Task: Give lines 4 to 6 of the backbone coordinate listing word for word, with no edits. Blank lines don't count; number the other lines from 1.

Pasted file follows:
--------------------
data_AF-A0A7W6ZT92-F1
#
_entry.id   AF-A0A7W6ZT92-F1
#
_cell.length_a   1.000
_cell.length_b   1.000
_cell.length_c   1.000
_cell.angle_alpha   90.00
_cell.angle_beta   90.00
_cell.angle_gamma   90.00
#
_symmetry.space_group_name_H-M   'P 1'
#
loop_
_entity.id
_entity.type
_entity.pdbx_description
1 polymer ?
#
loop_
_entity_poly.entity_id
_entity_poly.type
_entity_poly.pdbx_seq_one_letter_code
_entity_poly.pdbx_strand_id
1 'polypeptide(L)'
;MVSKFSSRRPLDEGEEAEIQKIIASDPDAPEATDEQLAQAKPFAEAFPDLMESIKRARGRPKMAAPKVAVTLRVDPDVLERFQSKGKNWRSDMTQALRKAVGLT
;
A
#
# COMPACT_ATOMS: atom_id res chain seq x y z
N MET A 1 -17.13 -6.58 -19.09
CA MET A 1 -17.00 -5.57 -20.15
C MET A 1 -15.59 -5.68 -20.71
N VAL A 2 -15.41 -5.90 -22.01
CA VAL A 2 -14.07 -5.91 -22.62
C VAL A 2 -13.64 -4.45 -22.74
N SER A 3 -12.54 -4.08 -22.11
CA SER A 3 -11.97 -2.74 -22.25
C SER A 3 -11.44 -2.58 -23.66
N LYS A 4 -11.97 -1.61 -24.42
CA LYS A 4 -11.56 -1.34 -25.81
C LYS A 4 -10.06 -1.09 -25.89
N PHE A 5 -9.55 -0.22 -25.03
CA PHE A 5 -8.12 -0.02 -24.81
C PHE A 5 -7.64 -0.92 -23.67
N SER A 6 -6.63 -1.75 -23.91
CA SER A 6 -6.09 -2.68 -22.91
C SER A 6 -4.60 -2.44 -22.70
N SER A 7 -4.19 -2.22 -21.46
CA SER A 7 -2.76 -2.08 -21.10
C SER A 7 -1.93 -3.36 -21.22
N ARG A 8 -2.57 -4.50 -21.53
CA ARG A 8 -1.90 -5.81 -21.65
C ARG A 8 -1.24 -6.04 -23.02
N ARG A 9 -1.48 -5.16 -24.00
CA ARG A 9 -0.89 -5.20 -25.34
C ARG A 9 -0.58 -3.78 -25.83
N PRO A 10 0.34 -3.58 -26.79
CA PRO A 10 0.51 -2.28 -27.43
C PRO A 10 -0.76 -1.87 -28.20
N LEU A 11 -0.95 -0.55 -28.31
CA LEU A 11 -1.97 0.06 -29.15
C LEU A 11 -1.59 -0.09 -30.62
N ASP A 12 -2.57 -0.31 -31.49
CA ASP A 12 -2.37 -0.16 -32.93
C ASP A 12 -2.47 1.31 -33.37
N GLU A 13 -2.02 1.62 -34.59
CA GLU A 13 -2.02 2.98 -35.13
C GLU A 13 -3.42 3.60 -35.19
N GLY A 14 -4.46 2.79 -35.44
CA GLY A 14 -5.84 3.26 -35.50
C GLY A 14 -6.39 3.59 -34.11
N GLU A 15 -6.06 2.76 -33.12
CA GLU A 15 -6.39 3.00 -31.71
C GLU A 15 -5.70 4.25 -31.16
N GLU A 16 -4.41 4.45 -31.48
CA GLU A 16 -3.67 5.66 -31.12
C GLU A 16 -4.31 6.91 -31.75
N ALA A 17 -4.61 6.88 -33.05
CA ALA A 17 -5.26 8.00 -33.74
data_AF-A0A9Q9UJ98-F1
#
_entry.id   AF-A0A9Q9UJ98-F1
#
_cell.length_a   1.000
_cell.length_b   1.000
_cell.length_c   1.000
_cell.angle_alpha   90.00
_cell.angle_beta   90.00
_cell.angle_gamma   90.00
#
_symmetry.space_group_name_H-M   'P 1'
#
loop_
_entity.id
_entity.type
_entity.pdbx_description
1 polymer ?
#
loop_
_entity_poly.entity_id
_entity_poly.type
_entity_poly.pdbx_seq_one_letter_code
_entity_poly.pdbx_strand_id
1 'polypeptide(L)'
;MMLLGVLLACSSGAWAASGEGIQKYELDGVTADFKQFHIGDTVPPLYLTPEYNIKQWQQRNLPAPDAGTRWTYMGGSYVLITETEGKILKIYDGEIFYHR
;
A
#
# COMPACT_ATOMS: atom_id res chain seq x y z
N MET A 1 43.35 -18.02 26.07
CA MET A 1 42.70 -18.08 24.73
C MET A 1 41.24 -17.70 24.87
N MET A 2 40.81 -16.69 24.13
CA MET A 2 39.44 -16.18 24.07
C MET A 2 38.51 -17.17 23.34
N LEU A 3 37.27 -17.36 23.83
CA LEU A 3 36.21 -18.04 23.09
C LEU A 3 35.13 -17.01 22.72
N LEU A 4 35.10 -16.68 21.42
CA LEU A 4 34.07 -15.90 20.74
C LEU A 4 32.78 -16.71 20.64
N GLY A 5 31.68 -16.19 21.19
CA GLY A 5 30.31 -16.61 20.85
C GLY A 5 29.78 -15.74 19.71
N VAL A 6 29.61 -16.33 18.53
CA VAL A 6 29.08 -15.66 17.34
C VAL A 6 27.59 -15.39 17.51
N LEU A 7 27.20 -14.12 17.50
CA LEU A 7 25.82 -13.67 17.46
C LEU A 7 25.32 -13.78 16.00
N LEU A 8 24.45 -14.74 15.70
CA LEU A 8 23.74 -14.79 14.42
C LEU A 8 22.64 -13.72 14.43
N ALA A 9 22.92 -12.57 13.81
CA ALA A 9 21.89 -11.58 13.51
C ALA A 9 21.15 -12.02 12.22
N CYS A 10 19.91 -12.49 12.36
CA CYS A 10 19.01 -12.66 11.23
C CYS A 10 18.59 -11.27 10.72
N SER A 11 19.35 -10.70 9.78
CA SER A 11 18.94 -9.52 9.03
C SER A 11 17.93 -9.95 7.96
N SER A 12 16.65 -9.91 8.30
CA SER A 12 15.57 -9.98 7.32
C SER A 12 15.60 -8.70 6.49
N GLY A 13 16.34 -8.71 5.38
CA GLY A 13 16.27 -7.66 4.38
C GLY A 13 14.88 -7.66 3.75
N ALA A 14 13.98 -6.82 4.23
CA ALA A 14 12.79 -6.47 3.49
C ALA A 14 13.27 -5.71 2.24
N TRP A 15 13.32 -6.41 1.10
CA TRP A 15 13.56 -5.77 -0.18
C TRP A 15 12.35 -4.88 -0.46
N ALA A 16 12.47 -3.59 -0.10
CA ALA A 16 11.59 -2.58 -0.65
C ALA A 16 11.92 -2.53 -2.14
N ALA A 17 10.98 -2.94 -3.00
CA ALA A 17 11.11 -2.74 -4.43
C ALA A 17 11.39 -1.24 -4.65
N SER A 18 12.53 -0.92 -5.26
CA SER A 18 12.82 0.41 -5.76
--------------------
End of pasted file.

#
_cell.length_a   1.000
_cell.length_b   1.000